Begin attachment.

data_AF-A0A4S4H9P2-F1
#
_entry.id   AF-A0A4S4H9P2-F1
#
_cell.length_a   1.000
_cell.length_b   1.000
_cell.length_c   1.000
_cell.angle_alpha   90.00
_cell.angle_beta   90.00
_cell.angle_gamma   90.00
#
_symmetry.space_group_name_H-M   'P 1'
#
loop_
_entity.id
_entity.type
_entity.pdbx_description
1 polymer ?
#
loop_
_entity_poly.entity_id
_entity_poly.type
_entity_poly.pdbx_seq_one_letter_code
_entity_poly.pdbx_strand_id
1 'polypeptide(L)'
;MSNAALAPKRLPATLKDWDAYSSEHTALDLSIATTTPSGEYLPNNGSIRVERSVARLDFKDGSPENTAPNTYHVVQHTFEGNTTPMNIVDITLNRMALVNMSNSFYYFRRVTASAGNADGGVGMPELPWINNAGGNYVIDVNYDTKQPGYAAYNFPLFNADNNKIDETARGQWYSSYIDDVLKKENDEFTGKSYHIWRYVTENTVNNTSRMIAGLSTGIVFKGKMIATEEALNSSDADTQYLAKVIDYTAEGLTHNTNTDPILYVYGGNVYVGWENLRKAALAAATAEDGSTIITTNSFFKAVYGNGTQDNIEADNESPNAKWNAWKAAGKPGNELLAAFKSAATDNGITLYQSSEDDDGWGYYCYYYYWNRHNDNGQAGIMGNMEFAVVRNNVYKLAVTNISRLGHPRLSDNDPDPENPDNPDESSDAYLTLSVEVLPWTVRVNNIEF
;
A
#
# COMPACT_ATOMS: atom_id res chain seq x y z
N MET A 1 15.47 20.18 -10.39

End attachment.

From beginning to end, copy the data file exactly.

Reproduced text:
data_AF-A0A4S4H9P2-F1
#
_entry.id   AF-A0A4S4H9P2-F1
#
_cell.length_a   1.000
_cell.length_b   1.000
_cell.length_c   1.000
_cell.angle_alpha   90.00
_cell.angle_beta   90.00
_cell.angle_gamma   90.00
#
_symmetry.space_group_name_H-M   'P 1'
#
loop_
_entity.id
_entity.type
_entity.pdbx_description
1 polymer ?
#
loop_
_entity_poly.entity_id
_entity_poly.type
_entity_poly.pdbx_seq_one_letter_code
_entity_poly.pdbx_strand_id
1 'polypeptide(L)'
;MSNAALAPKRLPATLKDWDAYSSEHTALDLSIATTTPSGEYLPNNGSIRVERSVARLDFKDGSPENTAPNTYHVVQHTFEGNTTPMNIVDITLNRMALVNMSNSFYYFRRVTASAGNADGGVGMPELPWINNAGGNYVIDVNYDTKQPGYAAYNFPLFNADNNKIDETARGQWYSSYIDDVLKKENDEFTGKSYHIWRYVTENTVNNTSRMIAGLSTGIVFKGKMIATEEALNSSDADTQYLAKVIDYTAEGLTHNTNTDPILYVYGGNVYVGWENLRKAALAAATAEDGSTIITTNSFFKAVYGNGTQDNIEADNESPNAKWNAWKAAGKPGNELLAAFKSAATDNGITLYQSSEDDDGWGYYCYYYYWNRHNDNGQAGIMGNMEFAVVRNNVYKLAVTNISRLGHPRLSDNDPDPENPDNPDESSDAYLTLSVEVLPWTVRVNNIEF
;
A
#
# COMPACT_ATOMS: atom_id res chain seq x y z
N MET A 1 15.47 20.18 -10.39